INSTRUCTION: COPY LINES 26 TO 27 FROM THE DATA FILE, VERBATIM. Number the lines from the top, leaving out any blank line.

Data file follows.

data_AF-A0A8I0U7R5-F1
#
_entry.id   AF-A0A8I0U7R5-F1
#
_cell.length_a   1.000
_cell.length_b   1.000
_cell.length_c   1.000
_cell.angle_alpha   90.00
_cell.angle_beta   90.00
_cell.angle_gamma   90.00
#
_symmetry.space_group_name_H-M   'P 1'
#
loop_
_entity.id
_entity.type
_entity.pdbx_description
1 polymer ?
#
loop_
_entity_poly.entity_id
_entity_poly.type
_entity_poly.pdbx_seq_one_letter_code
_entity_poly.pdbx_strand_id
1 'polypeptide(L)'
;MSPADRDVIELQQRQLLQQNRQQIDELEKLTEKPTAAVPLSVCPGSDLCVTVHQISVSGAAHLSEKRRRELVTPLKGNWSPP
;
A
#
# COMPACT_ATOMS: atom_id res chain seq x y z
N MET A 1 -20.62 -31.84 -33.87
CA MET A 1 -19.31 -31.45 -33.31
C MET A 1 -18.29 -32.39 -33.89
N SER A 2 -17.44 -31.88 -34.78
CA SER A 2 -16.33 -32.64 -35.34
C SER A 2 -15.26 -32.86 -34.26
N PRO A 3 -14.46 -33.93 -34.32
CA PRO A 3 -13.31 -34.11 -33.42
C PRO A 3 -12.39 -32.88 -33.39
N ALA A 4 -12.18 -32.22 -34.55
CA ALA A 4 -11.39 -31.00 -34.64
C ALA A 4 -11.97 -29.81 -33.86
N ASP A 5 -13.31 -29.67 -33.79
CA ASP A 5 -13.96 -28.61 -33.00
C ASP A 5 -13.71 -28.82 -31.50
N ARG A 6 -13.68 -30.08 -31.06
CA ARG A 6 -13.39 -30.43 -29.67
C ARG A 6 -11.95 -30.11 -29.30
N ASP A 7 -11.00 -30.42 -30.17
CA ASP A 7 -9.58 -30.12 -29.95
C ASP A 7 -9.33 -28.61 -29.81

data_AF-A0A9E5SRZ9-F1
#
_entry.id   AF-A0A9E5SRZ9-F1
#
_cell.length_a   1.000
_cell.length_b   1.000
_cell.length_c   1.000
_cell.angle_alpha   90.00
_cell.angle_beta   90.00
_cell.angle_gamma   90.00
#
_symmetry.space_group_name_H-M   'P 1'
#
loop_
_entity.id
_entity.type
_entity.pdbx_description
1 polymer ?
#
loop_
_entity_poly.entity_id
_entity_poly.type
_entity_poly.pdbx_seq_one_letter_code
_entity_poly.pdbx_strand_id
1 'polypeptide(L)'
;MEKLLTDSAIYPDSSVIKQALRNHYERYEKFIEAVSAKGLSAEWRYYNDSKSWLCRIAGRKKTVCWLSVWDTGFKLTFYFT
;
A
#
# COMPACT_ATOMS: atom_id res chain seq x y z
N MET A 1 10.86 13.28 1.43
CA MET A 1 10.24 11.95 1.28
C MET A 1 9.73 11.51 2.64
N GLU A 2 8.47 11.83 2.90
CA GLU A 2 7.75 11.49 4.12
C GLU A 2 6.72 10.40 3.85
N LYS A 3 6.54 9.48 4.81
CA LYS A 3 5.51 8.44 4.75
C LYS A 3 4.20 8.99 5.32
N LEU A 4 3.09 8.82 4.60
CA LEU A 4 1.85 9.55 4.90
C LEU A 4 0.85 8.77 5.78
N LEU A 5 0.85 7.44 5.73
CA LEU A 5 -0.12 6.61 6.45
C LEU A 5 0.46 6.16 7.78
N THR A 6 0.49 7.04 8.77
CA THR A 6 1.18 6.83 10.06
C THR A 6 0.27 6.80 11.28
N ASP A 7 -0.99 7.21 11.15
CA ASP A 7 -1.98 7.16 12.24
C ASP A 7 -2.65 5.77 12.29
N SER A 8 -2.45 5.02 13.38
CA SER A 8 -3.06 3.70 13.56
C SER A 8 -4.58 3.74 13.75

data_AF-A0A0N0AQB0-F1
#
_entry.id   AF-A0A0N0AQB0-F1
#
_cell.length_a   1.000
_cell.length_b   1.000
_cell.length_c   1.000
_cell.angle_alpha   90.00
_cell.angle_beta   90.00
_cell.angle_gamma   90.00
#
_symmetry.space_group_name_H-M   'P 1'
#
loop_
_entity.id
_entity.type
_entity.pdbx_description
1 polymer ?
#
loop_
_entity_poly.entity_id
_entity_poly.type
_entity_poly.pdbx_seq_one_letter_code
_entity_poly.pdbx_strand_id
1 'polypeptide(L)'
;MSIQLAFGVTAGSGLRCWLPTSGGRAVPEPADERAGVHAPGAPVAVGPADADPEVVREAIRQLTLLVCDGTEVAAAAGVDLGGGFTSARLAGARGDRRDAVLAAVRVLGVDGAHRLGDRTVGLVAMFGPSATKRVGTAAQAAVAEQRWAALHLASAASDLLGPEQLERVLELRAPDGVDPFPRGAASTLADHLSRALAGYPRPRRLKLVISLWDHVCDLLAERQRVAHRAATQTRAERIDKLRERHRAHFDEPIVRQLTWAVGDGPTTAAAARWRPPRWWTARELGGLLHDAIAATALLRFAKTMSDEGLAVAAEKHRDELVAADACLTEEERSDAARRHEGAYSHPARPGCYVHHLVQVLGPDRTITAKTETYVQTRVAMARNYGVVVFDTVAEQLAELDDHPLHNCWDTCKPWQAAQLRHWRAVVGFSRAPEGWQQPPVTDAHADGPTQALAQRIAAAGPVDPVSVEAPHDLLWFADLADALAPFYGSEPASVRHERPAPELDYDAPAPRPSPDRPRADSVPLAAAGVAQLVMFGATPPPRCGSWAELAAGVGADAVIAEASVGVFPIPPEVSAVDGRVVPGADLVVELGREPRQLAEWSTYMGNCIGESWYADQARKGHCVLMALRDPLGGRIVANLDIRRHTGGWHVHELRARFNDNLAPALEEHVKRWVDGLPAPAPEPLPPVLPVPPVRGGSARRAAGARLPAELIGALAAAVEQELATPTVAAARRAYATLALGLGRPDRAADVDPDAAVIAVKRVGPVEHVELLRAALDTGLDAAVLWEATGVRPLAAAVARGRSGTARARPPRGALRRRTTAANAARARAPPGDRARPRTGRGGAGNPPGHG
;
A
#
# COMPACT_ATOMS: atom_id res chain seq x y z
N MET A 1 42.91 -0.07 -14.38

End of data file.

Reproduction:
;MSPADRDVIELQQRQLLQQNRQQIDELEKLTEKPTAAVPLSVCPGSDLCVTVHQISVSGAAHLSEKRRRELVTPLKGNWSPP
;